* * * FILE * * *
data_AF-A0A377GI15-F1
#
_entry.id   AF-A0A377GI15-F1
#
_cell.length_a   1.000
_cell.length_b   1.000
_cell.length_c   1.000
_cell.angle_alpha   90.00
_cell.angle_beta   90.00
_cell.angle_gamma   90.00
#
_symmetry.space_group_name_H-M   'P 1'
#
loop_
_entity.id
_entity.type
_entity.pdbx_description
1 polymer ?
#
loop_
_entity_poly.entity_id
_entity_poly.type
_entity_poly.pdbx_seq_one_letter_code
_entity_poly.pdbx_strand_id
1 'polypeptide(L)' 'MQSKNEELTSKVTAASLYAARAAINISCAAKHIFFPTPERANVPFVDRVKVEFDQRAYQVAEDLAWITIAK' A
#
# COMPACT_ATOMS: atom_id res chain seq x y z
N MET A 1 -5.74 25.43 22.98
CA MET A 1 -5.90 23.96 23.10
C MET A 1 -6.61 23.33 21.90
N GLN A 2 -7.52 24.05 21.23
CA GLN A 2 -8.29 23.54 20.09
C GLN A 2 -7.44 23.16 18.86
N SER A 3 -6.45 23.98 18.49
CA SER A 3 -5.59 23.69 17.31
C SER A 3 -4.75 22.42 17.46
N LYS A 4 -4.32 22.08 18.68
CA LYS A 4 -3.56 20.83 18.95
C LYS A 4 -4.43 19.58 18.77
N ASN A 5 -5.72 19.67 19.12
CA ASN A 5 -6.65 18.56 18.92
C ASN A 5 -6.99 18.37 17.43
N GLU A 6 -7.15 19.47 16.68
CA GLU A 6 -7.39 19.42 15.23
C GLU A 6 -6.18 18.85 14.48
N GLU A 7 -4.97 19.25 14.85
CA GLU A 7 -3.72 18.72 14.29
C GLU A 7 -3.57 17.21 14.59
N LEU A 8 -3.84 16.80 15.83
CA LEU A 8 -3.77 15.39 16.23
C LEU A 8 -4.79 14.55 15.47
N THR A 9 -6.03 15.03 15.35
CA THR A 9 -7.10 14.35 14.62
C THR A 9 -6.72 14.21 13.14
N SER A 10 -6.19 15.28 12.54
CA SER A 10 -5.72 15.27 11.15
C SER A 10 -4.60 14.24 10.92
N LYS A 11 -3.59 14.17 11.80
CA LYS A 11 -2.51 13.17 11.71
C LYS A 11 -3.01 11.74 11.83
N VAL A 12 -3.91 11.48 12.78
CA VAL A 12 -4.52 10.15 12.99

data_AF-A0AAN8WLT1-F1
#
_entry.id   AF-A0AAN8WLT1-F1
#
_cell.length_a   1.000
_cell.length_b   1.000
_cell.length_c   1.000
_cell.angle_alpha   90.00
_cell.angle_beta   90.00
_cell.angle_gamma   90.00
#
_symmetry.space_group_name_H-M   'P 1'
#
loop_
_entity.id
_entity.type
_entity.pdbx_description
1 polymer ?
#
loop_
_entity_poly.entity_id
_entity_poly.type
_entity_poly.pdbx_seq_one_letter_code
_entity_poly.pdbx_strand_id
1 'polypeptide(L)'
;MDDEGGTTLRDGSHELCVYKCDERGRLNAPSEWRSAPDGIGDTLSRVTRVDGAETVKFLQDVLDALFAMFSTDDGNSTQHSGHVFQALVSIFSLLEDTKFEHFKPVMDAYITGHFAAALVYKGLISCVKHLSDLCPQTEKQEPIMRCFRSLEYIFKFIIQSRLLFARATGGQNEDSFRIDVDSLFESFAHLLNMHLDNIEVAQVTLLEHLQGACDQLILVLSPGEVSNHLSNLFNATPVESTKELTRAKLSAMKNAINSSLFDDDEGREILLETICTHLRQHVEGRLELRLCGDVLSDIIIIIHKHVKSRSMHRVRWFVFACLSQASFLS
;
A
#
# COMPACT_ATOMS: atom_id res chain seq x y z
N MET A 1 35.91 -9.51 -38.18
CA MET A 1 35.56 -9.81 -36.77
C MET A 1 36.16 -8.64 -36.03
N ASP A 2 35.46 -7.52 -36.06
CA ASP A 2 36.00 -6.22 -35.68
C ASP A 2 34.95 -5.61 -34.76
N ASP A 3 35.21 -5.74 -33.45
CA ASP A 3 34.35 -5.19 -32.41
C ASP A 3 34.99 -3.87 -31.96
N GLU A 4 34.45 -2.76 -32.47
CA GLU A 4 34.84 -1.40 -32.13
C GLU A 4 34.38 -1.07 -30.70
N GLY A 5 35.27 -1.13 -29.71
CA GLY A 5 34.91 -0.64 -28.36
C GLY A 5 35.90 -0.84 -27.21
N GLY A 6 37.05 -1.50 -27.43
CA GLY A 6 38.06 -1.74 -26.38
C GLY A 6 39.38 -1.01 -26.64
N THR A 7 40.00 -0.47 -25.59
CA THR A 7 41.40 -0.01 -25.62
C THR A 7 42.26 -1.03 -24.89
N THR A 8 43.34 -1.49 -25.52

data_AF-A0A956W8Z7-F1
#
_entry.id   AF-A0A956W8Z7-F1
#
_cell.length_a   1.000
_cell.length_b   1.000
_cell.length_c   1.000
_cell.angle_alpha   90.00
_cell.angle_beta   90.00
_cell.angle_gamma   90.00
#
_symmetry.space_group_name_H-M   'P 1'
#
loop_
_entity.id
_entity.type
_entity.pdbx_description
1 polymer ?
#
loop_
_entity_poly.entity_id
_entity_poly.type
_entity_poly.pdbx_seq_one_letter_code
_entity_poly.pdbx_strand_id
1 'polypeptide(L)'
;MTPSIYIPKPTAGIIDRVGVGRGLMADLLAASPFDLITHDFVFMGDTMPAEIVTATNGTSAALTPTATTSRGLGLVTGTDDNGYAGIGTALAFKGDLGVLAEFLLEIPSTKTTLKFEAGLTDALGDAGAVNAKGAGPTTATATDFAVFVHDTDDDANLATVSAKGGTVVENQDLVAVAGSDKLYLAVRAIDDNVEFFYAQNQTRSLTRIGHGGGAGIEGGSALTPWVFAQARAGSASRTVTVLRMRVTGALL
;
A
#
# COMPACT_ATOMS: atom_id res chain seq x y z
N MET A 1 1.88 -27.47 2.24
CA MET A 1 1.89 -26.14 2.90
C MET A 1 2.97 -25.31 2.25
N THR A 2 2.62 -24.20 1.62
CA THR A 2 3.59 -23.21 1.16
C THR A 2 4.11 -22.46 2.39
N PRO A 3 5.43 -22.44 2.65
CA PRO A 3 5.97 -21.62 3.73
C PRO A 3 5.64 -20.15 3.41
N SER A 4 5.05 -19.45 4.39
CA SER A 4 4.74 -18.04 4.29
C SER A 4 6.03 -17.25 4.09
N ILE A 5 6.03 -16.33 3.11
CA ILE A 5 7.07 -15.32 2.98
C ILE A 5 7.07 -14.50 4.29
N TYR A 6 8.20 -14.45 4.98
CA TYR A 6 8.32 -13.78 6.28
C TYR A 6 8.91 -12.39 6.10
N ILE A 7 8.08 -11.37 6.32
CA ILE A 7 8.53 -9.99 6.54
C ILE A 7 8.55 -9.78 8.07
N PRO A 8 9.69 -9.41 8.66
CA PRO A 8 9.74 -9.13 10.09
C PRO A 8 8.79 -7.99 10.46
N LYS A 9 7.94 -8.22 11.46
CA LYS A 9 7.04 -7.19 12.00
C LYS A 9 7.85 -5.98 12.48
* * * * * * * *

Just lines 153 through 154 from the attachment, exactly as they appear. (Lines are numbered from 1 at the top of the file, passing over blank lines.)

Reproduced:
C PRO A 3 5.64 -20.15 3.41
N SER A 4 5.05 -19.45 4.39